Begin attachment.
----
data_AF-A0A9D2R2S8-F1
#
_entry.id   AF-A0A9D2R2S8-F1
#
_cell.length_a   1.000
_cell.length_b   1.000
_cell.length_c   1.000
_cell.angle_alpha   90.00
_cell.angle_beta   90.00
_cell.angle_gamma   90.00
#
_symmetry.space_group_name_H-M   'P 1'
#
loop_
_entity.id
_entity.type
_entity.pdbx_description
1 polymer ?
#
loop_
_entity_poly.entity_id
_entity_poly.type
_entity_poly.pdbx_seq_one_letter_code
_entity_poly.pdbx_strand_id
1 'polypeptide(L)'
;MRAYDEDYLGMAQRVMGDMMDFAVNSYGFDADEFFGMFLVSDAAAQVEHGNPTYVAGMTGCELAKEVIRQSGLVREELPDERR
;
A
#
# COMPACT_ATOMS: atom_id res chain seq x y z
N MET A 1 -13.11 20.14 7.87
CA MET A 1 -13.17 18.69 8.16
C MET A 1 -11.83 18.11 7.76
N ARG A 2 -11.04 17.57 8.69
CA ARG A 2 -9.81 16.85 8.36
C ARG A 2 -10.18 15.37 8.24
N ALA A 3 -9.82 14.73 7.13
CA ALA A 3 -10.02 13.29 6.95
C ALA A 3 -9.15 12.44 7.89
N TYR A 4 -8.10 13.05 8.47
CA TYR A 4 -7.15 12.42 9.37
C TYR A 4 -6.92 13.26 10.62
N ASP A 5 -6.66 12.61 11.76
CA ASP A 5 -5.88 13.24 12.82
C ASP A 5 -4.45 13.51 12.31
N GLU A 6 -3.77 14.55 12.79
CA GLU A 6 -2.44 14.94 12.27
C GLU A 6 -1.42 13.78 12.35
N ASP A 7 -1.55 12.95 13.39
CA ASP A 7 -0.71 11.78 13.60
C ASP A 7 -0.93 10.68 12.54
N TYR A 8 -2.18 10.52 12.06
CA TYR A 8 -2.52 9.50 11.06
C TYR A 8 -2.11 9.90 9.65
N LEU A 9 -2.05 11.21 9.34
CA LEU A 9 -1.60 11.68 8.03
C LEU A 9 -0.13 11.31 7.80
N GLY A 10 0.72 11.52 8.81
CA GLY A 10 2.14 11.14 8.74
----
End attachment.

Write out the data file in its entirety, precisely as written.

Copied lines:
data_AF-A0A9D2R2S8-F1
#
_entry.id   AF-A0A9D2R2S8-F1
#
_cell.length_a   1.000
_cell.length_b   1.000
_cell.length_c   1.000
_cell.angle_alpha   90.00
_cell.angle_beta   90.00
_cell.angle_gamma   90.00
#
_symmetry.space_group_name_H-M   'P 1'
#
loop_
_entity.id
_entity.type
_entity.pdbx_description
1 polymer ?
#
loop_
_entity_poly.entity_id
_entity_poly.type
_entity_poly.pdbx_seq_one_letter_code
_entity_poly.pdbx_strand_id
1 'polypeptide(L)'
;MRAYDEDYLGMAQRVMGDMMDFAVNSYGFDADEFFGMFLVSDAAAQVEHGNPTYVAGMTGCELAKEVIRQSGLVREELPDERR
;
A
#
# COMPACT_ATOMS: atom_id res chain seq x y z
N MET A 1 -13.11 20.14 7.87
CA MET A 1 -13.17 18.69 8.16
C MET A 1 -11.83 18.11 7.76
N ARG A 2 -11.04 17.57 8.69
CA ARG A 2 -9.81 16.85 8.36
C ARG A 2 -10.18 15.37 8.24
N ALA A 3 -9.82 14.73 7.13
CA ALA A 3 -10.02 13.29 6.95
C ALA A 3 -9.15 12.44 7.89
N TYR A 4 -8.10 13.05 8.47
CA TYR A 4 -7.15 12.42 9.37
C TYR A 4 -6.92 13.26 10.62
N ASP A 5 -6.66 12.61 11.76
CA ASP A 5 -5.88 13.24 12.82
C ASP A 5 -4.45 13.51 12.31
N GLU A 6 -3.77 14.55 12.79
CA GLU A 6 -2.44 14.94 12.27
C GLU A 6 -1.42 13.78 12.35
N ASP A 7 -1.55 12.95 13.39
CA ASP A 7 -0.71 11.78 13.60
C ASP A 7 -0.93 10.68 12.54
N TYR A 8 -2.18 10.52 12.06
CA TYR A 8 -2.52 9.50 11.06
C TYR A 8 -2.11 9.90 9.65
N LEU A 9 -2.05 11.21 9.34
CA LEU A 9 -1.60 11.68 8.03
C LEU A 9 -0.13 11.31 7.80
N GLY A 10 0.72 11.52 8.81
CA GLY A 10 2.14 11.14 8.74